I read this book when it was first published.....and my copy was unfortunately lost in the borrowing/return process. I am an ARMY brat, was married to a NAVAL aviator then went on to another ARMY aviator. The book brought back so many memories though we lived overseas only in Germany and Hawaii. But, the stories I heard from other BRATS all come together in this wonderful read. I recommend it for the soon-to-be-married military spouse and especially for the other BRATS. We are indeed an unusual group and this book will make you grateful for the childhood you had..though you didn't appreciate it at the time. Thank you, Dad !
8 of 8 people found the following review helpful
5.0 out of 5 stars Amazing Book Jan. 25 2001
By Student - Published on Amazon.com
Although not a military brat, I found this book to be extremely insightful and an altogether wonderful read. As a Foreign Service Brat, there are many parallels (as well as differences) in my life to the stories from this book. For anyone who is a Third-culture Kid or anyone who has an interest in the military lifestyle, this book gives detailed anecdotal portraits. One of the nice touches is that Ms. Truscott interviewed brats of a wide age range which showed some of the continuity of the mobile-lifestyle experience generation after generation. I highly recommend this book.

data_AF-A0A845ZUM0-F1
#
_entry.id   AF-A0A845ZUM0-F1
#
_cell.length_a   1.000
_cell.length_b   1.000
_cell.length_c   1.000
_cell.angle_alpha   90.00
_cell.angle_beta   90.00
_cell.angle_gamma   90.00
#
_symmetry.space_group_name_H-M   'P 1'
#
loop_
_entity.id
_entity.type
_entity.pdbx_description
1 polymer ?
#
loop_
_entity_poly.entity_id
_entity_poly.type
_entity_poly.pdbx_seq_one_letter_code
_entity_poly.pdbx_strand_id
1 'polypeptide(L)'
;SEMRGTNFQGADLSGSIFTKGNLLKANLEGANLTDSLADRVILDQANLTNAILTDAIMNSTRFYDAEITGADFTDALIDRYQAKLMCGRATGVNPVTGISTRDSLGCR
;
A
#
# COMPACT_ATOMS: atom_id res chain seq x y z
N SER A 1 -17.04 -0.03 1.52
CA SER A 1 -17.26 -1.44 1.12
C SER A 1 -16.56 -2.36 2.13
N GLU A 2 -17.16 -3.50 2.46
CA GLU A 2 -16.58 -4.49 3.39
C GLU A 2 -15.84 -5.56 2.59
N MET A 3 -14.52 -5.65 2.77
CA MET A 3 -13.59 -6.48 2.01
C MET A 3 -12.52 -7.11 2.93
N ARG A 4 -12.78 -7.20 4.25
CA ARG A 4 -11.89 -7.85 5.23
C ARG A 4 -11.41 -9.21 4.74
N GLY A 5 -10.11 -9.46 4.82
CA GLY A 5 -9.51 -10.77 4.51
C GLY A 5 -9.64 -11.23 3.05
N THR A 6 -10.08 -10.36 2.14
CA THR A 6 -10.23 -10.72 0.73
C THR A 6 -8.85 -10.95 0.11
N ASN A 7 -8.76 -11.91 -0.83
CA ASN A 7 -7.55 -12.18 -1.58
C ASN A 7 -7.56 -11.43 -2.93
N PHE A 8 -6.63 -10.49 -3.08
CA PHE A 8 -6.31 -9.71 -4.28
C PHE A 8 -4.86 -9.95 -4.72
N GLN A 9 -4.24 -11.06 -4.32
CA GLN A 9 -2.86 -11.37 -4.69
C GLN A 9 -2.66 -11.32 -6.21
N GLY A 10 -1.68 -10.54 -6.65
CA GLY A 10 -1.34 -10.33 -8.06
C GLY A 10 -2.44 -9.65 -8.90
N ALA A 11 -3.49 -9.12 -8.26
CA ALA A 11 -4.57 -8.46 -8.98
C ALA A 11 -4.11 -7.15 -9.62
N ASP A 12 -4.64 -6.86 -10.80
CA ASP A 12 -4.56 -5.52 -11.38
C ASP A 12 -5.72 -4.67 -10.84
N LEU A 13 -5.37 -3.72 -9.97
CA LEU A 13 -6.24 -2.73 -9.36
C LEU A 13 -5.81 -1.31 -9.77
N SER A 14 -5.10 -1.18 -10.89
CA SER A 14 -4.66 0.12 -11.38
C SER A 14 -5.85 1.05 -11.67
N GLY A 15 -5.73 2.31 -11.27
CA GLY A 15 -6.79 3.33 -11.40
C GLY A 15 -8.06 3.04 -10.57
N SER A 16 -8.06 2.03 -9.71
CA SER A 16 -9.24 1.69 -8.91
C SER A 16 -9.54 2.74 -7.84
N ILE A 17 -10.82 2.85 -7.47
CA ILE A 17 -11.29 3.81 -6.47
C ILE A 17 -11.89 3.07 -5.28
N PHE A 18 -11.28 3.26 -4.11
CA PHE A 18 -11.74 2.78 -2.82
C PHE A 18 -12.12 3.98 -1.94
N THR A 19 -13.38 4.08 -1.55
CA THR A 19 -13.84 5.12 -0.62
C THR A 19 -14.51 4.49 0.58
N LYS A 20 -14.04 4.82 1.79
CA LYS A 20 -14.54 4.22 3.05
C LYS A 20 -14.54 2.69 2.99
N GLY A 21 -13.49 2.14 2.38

1 of 1 people found the following review helpful
By Mary Raynor - Published on Amazon.com
Format:Hardcover|Verified Purchase